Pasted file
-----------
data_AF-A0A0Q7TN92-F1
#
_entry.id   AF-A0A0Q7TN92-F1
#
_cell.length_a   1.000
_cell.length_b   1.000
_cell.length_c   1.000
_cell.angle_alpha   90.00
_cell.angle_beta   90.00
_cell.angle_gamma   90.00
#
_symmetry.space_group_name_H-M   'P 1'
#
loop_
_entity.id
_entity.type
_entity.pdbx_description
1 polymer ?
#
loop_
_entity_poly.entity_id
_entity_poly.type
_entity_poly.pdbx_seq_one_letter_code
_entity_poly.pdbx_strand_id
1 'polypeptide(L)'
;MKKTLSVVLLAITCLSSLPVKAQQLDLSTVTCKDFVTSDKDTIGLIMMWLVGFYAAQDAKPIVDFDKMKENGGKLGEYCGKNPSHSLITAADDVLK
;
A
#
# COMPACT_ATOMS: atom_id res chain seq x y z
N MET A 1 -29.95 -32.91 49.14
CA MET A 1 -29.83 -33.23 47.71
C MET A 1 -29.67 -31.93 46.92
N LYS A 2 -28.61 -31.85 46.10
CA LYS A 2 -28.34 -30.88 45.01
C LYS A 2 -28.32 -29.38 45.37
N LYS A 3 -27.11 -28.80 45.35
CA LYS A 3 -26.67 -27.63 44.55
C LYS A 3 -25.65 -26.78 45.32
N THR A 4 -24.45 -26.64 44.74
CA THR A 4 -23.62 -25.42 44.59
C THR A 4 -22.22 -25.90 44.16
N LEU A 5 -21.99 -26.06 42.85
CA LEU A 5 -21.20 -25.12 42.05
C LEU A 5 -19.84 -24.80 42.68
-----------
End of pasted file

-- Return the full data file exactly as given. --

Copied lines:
data_AF-A0A0Q7TN92-F1
#
_entry.id   AF-A0A0Q7TN92-F1
#
_cell.length_a   1.000
_cell.length_b   1.000
_cell.length_c   1.000
_cell.angle_alpha   90.00
_cell.angle_beta   90.00
_cell.angle_gamma   90.00
#
_symmetry.space_group_name_H-M   'P 1'
#
loop_
_entity.id
_entity.type
_entity.pdbx_description
1 polymer ?
#
loop_
_entity_poly.entity_id
_entity_poly.type
_entity_poly.pdbx_seq_one_letter_code
_entity_poly.pdbx_strand_id
1 'polypeptide(L)'
;MKKTLSVVLLAITCLSSLPVKAQQLDLSTVTCKDFVTSDKDTIGLIMMWLVGFYAAQDAKPIVDFDKMKENGGKLGEYCGKNPSHSLITAADDVLK
;
A
#
# COMPACT_ATOMS: atom_id res chain seq x y z
N MET A 1 -29.95 -32.91 49.14
CA MET A 1 -29.83 -33.23 47.71
C MET A 1 -29.67 -31.93 46.92
N LYS A 2 -28.61 -31.85 46.10
CA LYS A 2 -28.34 -30.88 45.01
C LYS A 2 -28.32 -29.38 45.37
N LYS A 3 -27.11 -28.80 45.35
CA LYS A 3 -26.67 -27.63 44.55
C LYS A 3 -25.65 -26.78 45.32
N THR A 4 -24.45 -26.64 44.74
CA THR A 4 -23.62 -25.42 44.59
C THR A 4 -22.22 -25.90 44.16
N LEU A 5 -21.99 -26.06 42.85
CA LEU A 5 -21.20 -25.12 42.05
C LEU A 5 -19.84 -24.80 42.68